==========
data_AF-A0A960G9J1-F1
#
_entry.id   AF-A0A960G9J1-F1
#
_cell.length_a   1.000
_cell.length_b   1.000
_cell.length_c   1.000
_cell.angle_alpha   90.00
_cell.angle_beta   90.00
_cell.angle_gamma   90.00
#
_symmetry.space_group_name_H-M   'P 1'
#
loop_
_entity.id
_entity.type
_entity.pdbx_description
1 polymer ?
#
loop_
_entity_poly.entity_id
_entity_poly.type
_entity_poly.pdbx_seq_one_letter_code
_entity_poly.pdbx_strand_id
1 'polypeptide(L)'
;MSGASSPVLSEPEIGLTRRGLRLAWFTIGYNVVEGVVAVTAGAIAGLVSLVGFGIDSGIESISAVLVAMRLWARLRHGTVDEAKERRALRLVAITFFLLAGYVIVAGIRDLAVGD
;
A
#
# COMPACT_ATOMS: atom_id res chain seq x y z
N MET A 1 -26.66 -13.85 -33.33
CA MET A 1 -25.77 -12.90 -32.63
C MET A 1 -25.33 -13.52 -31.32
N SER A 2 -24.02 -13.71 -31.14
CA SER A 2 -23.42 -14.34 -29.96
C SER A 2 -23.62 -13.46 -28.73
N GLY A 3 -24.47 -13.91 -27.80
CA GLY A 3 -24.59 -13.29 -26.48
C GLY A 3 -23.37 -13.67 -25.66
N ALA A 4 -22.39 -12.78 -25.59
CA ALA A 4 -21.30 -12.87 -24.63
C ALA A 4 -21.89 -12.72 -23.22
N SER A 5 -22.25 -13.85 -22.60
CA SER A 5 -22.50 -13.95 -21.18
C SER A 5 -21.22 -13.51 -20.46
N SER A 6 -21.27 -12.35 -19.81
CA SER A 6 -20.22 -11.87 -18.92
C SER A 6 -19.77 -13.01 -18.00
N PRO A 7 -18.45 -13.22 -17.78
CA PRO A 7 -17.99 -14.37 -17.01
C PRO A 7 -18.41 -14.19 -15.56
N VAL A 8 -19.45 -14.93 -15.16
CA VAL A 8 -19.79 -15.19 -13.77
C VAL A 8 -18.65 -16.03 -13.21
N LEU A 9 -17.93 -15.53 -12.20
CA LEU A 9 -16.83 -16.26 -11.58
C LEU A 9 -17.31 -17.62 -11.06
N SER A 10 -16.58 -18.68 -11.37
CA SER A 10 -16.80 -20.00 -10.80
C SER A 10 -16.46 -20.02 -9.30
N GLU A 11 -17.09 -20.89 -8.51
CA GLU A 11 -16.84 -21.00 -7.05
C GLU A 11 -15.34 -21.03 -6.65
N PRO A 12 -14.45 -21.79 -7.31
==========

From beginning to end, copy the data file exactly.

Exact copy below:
data_AF-A0A960G9J1-F1
#
_entry.id   AF-A0A960G9J1-F1
#
_cell.length_a   1.000
_cell.length_b   1.000
_cell.length_c   1.000
_cell.angle_alpha   90.00
_cell.angle_beta   90.00
_cell.angle_gamma   90.00
#
_symmetry.space_group_name_H-M   'P 1'
#
loop_
_entity.id
_entity.type
_entity.pdbx_description
1 polymer ?
#
loop_
_entity_poly.entity_id
_entity_poly.type
_entity_poly.pdbx_seq_one_letter_code
_entity_poly.pdbx_strand_id
1 'polypeptide(L)'
;MSGASSPVLSEPEIGLTRRGLRLAWFTIGYNVVEGVVAVTAGAIAGLVSLVGFGIDSGIESISAVLVAMRLWARLRHGTVDEAKERRALRLVAITFFLLAGYVIVAGIRDLAVGD
;
A
#
# COMPACT_ATOMS: atom_id res chain seq x y z
N MET A 1 -26.66 -13.85 -33.33
CA MET A 1 -25.77 -12.90 -32.63
C MET A 1 -25.33 -13.52 -31.32
N SER A 2 -24.02 -13.71 -31.14
CA SER A 2 -23.42 -14.34 -29.96
C SER A 2 -23.62 -13.46 -28.73
N GLY A 3 -24.47 -13.91 -27.80
CA GLY A 3 -24.59 -13.29 -26.48
C GLY A 3 -23.37 -13.67 -25.66
N ALA A 4 -22.39 -12.78 -25.59
CA ALA A 4 -21.30 -12.87 -24.63
C ALA A 4 -21.89 -12.72 -23.22
N SER A 5 -22.25 -13.85 -22.60
CA SER A 5 -22.50 -13.95 -21.18
C SER A 5 -21.22 -13.51 -20.46
N SER A 6 -21.27 -12.35 -19.81
CA SER A 6 -20.22 -11.87 -18.92
C SER A 6 -19.77 -13.01 -18.00
N PRO A 7 -18.45 -13.22 -17.78
CA PRO A 7 -17.99 -14.37 -17.01
C PRO A 7 -18.41 -14.19 -15.56
N VAL A 8 -19.45 -14.93 -15.16
CA VAL A 8 -19.79 -15.19 -13.77
C VAL A 8 -18.65 -16.03 -13.21
N LEU A 9 -17.93 -15.53 -12.20
CA LEU A 9 -16.83 -16.26 -11.58
C LEU A 9 -17.31 -17.62 -11.06
N SER A 10 -16.58 -18.68 -11.37
CA SER A 10 -16.80 -20.00 -10.80
C SER A 10 -16.46 -20.02 -9.30
N GLU A 11 -17.09 -20.89 -8.51
CA GLU A 11 -16.84 -21.00 -7.05
C GLU A 11 -15.34 -21.03 -6.65
N PRO A 12 -14.45 -21.79 -7.31